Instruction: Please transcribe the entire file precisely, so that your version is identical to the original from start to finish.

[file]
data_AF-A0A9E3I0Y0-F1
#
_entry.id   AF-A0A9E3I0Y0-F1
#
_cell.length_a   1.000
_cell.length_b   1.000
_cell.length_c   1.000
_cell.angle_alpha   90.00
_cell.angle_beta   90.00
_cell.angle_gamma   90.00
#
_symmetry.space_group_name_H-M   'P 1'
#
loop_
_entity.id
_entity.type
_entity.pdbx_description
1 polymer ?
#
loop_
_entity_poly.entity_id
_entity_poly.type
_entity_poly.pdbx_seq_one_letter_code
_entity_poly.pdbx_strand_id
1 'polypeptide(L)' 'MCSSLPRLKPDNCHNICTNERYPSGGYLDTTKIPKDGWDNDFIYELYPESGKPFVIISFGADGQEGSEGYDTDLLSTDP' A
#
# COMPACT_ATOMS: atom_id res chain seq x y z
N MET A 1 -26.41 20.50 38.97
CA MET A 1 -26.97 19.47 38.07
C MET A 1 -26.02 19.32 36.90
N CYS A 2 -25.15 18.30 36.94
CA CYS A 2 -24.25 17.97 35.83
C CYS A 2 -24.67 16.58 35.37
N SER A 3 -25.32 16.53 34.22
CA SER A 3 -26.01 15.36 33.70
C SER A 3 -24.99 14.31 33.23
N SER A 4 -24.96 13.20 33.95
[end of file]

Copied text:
data_AF-A0A9E3I0Y0-F1
#
_entry.id   AF-A0A9E3I0Y0-F1
#
_cell.length_a   1.000
_cell.length_b   1.000
_cell.length_c   1.000
_cell.angle_alpha   90.00
_cell.angle_beta   90.00
_cell.angle_gamma   90.00
#
_symmetry.space_group_name_H-M   'P 1'
#
loop_
_entity.id
_entity.type
_entity.pdbx_description
1 polymer ?
#
loop_
_entity_poly.entity_id
_entity_poly.type
_entity_poly.pdbx_seq_one_letter_code
_entity_poly.pdbx_strand_id
1 'polypeptide(L)' 'MCSSLPRLKPDNCHNICTNERYPSGGYLDTTKIPKDGWDNDFIYELYPESGKPFVIISFGADGQEGSEGYDTDLLSTDP' A
#
# COMPACT_ATOMS: atom_id res chain seq x y z
N MET A 1 -26.41 20.50 38.97
CA MET A 1 -26.97 19.47 38.07
C MET A 1 -26.02 19.32 36.90
N CYS A 2 -25.15 18.30 36.94
CA CYS A 2 -24.25 17.97 35.83
C CYS A 2 -24.67 16.58 35.37
N SER A 3 -25.32 16.53 34.22
CA SER A 3 -26.01 15.36 33.70
C SER A 3 -24.99 14.31 33.23
N SER A 4 -24.96 13.20 33.95